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This page: There’s always something to do in the lower-level game room. Opposite page: The Belgian Block pavers in the home’s car court area had long ago been reclaimed from a bridge in Europe.

sees when descending the stairs. The lower level’s rustic full bath would make a gardener feel right at home, since it features garden shed-style reclaimed wood for the vanity, a stained limestone countertop that’s evocative of a garden fountain, lanternstyle sconces, and pebble flooring. The bathroom’s shower is unexpectedly lined with brick; its centerpiece is a terra cotta tile installation of flower shapes, dragonflies, and honeybees by artist David Ellison.“When we finished the shower, we all stood back and said, ‘We don’t think we’ve ever done a brick shower,’ ” Petrella recalls with a laugh. The home’s sports room houses a vast collection of baseballs, baseball cards, hockey jerseys, signed pucks, and more. Nearby is the couple’s wine cellar, complete with mosaic artwork by Holloman that says “In Vino Veritas.” Holloman also created the mosaic backsplash in the lower-level kitchen — a familiar scene of pine trees, a lake, and sailboats, just like you see when you’re looking out the windows. The kitchen and gathering area lead outdoors to an inviting patio, complete with a compass rose inset, a gorgeous fountain, and a fireplace. “When you consider all the details — the fine base moldings, the crown moldings, the tile work — every level of detail is amazing,” Petrella says. “This was a real collaborative group of people, and everyone worked well together. I’m most proud of the substance of this home.”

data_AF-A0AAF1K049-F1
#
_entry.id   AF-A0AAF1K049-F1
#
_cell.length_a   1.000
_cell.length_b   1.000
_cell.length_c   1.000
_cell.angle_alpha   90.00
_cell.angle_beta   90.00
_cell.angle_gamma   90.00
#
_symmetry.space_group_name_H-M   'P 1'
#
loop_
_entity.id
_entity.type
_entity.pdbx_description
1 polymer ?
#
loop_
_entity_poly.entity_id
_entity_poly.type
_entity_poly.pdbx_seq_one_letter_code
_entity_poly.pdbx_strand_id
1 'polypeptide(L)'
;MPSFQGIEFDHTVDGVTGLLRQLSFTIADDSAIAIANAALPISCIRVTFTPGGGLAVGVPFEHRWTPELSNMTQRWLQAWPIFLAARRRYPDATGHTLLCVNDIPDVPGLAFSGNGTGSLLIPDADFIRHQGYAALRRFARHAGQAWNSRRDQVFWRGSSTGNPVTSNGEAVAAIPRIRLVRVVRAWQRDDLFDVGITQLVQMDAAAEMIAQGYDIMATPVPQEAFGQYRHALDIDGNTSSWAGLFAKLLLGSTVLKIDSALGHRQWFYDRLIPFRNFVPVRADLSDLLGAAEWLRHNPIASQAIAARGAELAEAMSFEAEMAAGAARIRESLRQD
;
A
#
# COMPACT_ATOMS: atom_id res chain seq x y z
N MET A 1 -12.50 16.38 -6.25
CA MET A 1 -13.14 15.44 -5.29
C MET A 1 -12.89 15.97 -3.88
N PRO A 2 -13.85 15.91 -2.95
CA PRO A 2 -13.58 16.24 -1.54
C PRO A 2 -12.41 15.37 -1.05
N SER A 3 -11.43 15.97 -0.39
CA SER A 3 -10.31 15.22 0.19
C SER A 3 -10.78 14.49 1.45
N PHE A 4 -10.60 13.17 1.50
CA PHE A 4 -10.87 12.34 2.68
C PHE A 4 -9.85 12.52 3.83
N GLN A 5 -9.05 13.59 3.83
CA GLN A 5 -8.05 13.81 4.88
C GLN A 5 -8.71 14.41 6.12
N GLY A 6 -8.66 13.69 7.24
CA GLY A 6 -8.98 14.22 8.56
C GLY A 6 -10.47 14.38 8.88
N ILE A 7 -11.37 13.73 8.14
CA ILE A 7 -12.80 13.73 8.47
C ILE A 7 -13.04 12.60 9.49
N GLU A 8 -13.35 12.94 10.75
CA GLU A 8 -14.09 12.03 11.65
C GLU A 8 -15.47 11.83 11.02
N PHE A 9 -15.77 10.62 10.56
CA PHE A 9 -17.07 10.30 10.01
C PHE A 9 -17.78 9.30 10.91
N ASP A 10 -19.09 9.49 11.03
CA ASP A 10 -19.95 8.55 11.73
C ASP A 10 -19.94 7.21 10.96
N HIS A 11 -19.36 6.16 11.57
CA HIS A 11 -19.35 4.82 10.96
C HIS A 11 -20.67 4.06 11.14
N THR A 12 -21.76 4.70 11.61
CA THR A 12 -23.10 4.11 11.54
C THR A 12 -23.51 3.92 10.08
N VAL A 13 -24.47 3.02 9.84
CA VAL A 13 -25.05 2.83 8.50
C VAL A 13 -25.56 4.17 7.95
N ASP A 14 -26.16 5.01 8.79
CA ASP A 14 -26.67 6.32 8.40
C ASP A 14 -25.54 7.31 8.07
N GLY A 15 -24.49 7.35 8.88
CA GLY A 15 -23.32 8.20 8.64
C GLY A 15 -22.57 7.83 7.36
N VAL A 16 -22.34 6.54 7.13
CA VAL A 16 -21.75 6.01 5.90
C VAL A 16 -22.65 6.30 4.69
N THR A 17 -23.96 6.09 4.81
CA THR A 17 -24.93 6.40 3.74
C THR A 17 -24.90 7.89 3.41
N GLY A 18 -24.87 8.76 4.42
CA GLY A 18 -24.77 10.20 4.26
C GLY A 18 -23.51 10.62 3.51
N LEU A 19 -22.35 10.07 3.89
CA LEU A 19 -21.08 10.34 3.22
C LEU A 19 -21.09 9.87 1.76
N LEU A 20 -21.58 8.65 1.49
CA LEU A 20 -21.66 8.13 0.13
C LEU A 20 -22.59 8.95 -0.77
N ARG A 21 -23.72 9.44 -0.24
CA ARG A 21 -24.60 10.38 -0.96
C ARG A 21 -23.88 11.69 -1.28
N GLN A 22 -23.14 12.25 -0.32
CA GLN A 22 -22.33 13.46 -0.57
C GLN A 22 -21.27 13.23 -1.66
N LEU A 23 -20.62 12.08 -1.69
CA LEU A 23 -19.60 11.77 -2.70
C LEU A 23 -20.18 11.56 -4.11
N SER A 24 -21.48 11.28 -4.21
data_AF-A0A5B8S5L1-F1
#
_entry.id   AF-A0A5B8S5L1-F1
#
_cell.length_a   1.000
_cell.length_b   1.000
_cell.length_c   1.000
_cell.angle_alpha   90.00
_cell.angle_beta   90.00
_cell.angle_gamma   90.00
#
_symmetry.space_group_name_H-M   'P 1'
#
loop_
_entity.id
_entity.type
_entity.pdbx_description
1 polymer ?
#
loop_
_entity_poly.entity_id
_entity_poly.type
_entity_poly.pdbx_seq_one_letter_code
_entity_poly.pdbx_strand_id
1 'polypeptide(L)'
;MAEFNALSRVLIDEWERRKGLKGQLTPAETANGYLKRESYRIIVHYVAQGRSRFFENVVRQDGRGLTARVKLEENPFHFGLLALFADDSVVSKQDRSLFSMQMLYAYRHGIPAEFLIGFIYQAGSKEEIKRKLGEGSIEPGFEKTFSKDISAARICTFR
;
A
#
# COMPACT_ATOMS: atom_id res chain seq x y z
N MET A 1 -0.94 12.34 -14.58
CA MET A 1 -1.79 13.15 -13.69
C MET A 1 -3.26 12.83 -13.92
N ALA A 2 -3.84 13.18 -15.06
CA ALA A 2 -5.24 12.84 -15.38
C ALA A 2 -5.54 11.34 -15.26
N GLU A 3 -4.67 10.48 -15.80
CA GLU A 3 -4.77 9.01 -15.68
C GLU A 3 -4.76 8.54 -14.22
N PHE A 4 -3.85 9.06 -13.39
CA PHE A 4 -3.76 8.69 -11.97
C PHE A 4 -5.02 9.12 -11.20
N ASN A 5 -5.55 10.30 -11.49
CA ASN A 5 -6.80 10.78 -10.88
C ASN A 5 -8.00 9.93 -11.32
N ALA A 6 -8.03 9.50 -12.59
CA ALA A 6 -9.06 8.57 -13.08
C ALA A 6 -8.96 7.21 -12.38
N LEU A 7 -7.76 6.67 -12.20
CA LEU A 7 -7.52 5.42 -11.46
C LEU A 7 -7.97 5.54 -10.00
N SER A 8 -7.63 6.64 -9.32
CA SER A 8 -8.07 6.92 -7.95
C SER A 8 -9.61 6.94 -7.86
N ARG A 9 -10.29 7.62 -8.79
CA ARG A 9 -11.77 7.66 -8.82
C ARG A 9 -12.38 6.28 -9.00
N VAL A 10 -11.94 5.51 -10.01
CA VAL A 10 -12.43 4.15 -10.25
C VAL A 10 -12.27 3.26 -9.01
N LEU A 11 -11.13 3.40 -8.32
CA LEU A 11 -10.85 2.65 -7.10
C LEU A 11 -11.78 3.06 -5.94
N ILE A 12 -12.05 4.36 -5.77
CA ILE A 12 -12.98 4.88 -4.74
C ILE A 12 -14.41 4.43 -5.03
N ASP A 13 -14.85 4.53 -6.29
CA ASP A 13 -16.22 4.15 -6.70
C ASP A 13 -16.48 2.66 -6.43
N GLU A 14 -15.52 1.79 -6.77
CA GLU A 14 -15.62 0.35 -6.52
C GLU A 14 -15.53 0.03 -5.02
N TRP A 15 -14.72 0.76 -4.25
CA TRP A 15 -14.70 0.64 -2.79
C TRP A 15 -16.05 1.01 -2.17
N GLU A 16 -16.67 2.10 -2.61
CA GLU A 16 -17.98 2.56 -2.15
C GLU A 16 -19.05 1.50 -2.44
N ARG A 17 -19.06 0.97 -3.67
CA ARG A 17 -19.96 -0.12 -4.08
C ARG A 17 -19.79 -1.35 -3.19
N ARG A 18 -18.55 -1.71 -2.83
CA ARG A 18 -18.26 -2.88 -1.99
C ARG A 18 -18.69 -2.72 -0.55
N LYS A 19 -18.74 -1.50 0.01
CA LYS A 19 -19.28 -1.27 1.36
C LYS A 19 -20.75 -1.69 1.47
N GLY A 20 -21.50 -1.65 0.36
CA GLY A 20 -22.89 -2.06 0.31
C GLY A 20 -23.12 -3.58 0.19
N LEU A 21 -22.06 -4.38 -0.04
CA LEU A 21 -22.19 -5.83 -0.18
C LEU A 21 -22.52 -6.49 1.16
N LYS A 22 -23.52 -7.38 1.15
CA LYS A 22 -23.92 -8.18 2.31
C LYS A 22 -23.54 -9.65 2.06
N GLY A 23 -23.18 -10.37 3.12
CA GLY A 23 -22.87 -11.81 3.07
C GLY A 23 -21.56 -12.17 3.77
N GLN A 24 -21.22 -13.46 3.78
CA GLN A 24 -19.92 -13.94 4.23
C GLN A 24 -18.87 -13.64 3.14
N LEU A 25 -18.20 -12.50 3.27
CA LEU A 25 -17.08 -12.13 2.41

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BUYER’S GUIDE

Ottoman – Hickory Chair, Petrella Interiors, Troy; Fabric, Schumacher, Michigan Design Center, Troy Rug – Stark Carpet, Troy

INTERIOR DESIGNER

CIGAR ROOM

Lisa Petrella, Petrella Interiors, Troy, LLP Construction Services, Detroit, petrelladesigns.com

Armchairs – Hickory Chair; Fabric, Schumacher Cabinet, Bar – Custom, Eric Vogler Construction, Commerce Twp. Chandelier – Antler Chandeliers & Lighting Co. Flooring – Hickory Wood Rug – Surya Wall Color – Stained Knotty Pine

BEDROOM, MASTER Armchairs – Paris Club Chair, Hickory Chair, Petrella Interiors, Troy; Fabric, Schumacher, Troy Drapery – Custom, Pindler and Kravet, Accent Custom Drapery, Sterling Heights Flooring – Hickory Wood, Property Care Inc., Bloomfield Hills Lamps, Floor – Circa Lighting, City Lights Detroit, Michigan Design Center, Troy

DINING ROOM Artwork – Antiques Market of Williamston, Williamston Booth – Seat, Custom, Designer Furniture Services, Pontiac; Fabric, Kravet and Pindler Centerpiece, Table – Detroit Garden Works, Pontiac